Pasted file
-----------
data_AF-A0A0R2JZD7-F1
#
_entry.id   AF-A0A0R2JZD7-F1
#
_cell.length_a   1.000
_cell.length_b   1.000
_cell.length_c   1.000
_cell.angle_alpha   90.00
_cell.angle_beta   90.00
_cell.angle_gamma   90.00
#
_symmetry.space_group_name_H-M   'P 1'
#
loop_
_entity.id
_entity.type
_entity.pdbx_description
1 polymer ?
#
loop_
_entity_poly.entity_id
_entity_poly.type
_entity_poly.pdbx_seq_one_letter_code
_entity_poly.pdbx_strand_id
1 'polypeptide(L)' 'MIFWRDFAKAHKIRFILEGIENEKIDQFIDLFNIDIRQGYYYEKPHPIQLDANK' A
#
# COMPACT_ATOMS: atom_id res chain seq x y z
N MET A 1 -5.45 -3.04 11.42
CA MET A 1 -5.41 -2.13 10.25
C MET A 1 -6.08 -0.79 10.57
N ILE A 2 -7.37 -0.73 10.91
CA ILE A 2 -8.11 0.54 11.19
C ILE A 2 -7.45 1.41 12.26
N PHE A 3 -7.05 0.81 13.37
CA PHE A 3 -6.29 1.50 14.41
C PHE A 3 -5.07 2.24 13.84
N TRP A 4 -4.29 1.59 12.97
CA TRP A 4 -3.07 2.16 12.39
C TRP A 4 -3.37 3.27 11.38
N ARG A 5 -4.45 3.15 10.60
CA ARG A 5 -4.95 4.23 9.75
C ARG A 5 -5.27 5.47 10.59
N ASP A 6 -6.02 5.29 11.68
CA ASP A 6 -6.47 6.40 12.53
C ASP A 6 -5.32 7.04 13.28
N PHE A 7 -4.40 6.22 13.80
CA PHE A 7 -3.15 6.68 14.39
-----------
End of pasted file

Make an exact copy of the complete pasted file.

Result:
data_AF-A0A0R2JZD7-F1
#
_entry.id   AF-A0A0R2JZD7-F1
#
_cell.length_a   1.000
_cell.length_b   1.000
_cell.length_c   1.000
_cell.angle_alpha   90.00
_cell.angle_beta   90.00
_cell.angle_gamma   90.00
#
_symmetry.space_group_name_H-M   'P 1'
#
loop_
_entity.id
_entity.type
_entity.pdbx_description
1 polymer ?
#
loop_
_entity_poly.entity_id
_entity_poly.type
_entity_poly.pdbx_seq_one_letter_code
_entity_poly.pdbx_strand_id
1 'polypeptide(L)' 'MIFWRDFAKAHKIRFILEGIENEKIDQFIDLFNIDIRQGYYYEKPHPIQLDANK' A
#
# COMPACT_ATOMS: atom_id res chain seq x y z
N MET A 1 -5.45 -3.04 11.42
CA MET A 1 -5.41 -2.13 10.25
C MET A 1 -6.08 -0.79 10.57
N ILE A 2 -7.37 -0.73 10.91
CA ILE A 2 -8.11 0.54 11.19
C ILE A 2 -7.45 1.41 12.26
N PHE A 3 -7.05 0.81 13.37
CA PHE A 3 -6.29 1.50 14.41
C PHE A 3 -5.07 2.24 13.84
N TRP A 4 -4.29 1.59 12.97
CA TRP A 4 -3.07 2.16 12.39
C TRP A 4 -3.37 3.27 11.38
N ARG A 5 -4.45 3.15 10.60
CA ARG A 5 -4.95 4.23 9.75
C ARG A 5 -5.27 5.47 10.59
N ASP A 6 -6.02 5.29 11.68
CA ASP A 6 -6.47 6.40 12.53
C ASP A 6 -5.32 7.04 13.28
N PHE A 7 -4.40 6.22 13.80
CA PHE A 7 -3.15 6.68 14.39